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Time to pay: bezahlt vs. gezahlt

In a previous lesson, we discussed the difference between the German verbs zählen and zahlen. Although only an umlaut differentiates the two words—and their meanings can both relate to numbers or money—let's quickly recap the distinctions in meaning. The verb zählen means "to count," and the verb zahlen means "to pay." The first video below talks about counting money (zählen), and the second about paying money (zahlen):


Ja, manchmal muss ein Bankkaufmann auch Geld zählen.

Yes, sometimes a banker has to count money too.

Caption 9, Nicos Weg - A1 Folge 38: Mein Beruf

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Wer eine Bar, eine Disco oder ein Fitnessstudio weiterbetreibt,

Anyone who continues to run a bar, club, or gym

muss 5.000 Euro zahlen.

will have to pay 5,000 euros.

Captions 16-17, Die Corona-Krise - Null Toleranz & Strafen bei Verstößen in NRW

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But what about the verbs bezahlen and zahlen? In their infinitive forms, they are easy enough to differentiate, but in their Partizip Perfekt form, they look very similar (bezahlt / gezahlt) and even rhyme:


Du hast mir monatelang kein Gehalt bezahlt!

You have paid me no salary for months!

Caption 22, Mama arbeitet wieder - Kompromisse zu finden ist nicht einfach

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Süß. Aber du hast nur 50 gezahlt.

Cute. But you have only paid 50.

Caption 31, Die Pfefferkörner - Cybermobbing

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Whether to use bezahlen or zahlen is a complicated topic indeed, but there are a few general rules that make it easier.


1. When a person is being paid (in the case below, the models), you always use bezahlen:


Übrigens, wir haben nur zwei Models bezahlt.

By the way, we only paid two of the models.

Caption 25, Bausa - Was du Liebe nennst

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2. The verb bezahlen generally suggests that something has been fully paid or "paid up," whereas zahlen means a payment has been made, but it may have been just a partial payment. A clever article entitled "Haben Sie schon gezahlt oder bezahlen Sie erst später?" illustrates this well. A literal translation could be: "Have you already partially paid or are you going to completely pay up later?"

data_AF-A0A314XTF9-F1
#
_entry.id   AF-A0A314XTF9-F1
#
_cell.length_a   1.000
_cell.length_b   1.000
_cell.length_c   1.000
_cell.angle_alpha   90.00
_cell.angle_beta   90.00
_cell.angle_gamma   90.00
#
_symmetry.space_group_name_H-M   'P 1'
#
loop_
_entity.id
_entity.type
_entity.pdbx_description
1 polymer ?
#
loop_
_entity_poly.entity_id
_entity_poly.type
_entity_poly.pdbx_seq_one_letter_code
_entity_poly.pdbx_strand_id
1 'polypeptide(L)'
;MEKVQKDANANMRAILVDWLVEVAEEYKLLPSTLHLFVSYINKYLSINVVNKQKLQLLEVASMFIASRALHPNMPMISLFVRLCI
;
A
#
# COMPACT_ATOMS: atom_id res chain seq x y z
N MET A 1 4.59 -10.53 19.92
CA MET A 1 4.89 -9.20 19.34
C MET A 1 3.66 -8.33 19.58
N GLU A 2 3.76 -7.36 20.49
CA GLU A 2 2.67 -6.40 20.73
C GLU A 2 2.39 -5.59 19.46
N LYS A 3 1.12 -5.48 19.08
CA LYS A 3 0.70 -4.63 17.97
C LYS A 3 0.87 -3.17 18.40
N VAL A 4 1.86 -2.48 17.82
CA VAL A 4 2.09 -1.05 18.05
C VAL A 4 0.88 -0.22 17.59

A more literal translation of the following could be: "I don't have to pay for all of it, the German Film Academy is making payments for that."


Keine Ahnung, ich muss das nicht bezahlen,

No idea, I don't have to pay for it,

das zahlt die Deutsche Filmakademie.

the German Film Academy is paying for it.

Caption 38, Ball des Weines - Barbara Schöneberger

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3. The verb zahlen is usually used for more general purposes, such as "to pay any price":


Die kleine Meerjungfrau war bereit, jeden Preis zu zahlen,

The Little Mermaid was ready to pay any price

um bei dem Prinzen zu sein.

to be with the Prince.

Caption 50, Märchen - Sagenhaft: Die kleine Meerjungfrau

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4. In many cases, either bezahlen or zahlen will work. It would be somewhat more correct to use gezahlt and zahlen in the second sentence, but it works either way:


Wurde der Computer schon bezahlt? –Nein, er hat vorerst nur 500 Euro bezahlt / gezahlt und wird den Rest nächsten Monat bezahlen / zahlen.
Has the computer already been paid for? –No, he has only paid 500 euros for now and will pay the rest next month.


To conclude: Always use bezahlen when paying a person—as a rule, use bezahlen for paying something completely and zahlen for a partial payment and just paying in general. However, it's not a serious grammatical mistake in most cases to use either one.


Further Learning
Go to Yabla German and search for variations of bezahlen and zahlen. Tip: add an asterisk in your search (bezahl*, zahl* and gezahl*) and you will get all of the cases in the search results. Be careful to note the different contexts in which the verbs appear. Then read the above-mentioned article "Haben Sie schon gezahlt oder bezahlen Sie erst später?" It's pretty funny, considering it's about grammar!

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